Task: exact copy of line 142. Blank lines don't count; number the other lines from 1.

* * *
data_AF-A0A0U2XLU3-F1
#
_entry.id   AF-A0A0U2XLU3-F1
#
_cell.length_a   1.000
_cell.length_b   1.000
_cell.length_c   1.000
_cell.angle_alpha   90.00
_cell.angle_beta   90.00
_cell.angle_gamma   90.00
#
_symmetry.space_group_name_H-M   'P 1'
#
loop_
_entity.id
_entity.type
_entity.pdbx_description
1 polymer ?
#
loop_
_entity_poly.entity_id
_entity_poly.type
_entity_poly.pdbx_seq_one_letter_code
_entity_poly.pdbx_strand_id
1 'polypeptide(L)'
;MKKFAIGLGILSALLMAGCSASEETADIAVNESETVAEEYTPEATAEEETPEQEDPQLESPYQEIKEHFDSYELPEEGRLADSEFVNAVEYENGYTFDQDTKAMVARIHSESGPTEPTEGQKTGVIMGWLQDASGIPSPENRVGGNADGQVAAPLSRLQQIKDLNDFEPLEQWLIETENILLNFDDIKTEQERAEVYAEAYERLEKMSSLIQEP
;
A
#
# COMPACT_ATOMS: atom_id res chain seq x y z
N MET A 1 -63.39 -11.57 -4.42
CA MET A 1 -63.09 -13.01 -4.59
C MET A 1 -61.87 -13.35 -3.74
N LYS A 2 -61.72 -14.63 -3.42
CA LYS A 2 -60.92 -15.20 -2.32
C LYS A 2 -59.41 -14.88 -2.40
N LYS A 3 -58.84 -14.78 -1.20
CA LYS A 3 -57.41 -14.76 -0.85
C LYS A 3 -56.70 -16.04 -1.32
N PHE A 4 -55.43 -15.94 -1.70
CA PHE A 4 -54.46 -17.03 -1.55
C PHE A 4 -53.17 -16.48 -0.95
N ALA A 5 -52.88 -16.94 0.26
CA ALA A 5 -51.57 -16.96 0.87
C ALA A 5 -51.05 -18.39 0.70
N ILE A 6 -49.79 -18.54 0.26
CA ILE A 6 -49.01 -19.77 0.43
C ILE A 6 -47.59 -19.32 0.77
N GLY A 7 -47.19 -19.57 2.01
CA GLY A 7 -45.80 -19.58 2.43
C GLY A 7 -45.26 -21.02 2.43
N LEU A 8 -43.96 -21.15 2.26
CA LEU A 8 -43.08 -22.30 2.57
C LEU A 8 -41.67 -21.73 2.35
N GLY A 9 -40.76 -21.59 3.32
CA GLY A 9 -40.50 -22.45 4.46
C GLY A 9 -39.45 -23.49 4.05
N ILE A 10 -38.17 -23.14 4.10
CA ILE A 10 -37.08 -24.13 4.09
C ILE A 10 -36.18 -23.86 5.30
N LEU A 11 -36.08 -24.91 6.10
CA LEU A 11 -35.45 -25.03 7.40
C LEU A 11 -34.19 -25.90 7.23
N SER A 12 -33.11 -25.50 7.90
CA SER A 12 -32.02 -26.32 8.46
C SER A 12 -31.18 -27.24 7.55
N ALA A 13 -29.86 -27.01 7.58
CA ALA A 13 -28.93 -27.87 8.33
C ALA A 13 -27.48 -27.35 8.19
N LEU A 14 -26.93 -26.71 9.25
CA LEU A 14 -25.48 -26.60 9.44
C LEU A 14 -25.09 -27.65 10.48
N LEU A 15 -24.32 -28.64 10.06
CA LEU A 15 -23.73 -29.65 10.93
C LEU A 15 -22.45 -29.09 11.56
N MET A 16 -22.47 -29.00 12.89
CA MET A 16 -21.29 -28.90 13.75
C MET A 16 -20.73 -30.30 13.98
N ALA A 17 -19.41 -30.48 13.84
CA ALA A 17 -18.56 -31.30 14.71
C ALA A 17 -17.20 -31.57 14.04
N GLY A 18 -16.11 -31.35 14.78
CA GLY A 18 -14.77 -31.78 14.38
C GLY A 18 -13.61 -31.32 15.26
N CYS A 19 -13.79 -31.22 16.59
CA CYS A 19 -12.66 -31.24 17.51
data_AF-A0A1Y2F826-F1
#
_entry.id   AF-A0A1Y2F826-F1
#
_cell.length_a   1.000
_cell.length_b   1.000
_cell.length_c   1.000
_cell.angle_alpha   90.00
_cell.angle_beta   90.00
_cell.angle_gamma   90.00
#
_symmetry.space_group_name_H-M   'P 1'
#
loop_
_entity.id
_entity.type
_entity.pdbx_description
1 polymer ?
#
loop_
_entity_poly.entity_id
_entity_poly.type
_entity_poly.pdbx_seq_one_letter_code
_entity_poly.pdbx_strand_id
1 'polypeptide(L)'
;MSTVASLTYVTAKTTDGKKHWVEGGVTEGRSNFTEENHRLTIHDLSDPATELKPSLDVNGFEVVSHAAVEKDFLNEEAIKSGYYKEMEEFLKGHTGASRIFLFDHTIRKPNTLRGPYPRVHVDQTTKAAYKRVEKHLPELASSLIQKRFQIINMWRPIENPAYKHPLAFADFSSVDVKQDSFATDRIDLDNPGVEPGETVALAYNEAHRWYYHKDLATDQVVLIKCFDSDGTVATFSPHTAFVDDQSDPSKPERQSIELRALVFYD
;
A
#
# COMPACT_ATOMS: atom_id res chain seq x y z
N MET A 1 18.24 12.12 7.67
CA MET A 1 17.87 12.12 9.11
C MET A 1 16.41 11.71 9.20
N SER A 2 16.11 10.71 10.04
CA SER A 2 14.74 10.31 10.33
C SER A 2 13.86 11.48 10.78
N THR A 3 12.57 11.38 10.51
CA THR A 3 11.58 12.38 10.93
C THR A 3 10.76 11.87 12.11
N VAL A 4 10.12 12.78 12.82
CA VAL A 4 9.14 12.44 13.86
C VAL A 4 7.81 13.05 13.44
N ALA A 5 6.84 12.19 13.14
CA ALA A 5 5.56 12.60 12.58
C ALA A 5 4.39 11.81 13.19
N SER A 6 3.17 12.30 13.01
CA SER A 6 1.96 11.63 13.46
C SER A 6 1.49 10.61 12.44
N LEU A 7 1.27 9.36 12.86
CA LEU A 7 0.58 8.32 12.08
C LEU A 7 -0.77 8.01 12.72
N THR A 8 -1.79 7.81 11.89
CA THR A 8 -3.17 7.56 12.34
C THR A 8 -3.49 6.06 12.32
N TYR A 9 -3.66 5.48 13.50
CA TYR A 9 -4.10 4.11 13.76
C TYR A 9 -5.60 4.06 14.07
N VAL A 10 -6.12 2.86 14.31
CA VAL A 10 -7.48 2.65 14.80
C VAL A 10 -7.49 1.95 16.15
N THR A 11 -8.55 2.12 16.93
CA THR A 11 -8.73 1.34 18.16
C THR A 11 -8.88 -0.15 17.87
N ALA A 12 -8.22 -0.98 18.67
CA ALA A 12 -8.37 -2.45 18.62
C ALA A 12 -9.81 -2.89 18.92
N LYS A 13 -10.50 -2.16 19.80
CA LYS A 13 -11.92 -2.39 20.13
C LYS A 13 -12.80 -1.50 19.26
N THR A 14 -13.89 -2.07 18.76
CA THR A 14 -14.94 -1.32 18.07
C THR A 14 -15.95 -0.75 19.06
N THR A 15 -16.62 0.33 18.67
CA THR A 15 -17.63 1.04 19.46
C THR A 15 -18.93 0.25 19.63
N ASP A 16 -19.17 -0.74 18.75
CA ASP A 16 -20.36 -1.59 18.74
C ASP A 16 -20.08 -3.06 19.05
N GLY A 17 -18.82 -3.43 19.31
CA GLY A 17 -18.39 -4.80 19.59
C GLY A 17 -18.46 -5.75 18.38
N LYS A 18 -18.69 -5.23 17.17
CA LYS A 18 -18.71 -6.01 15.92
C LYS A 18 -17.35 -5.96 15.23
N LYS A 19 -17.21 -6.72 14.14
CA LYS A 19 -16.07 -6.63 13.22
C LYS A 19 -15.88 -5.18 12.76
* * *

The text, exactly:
CA TYR A 9 -4.10 4.11 13.76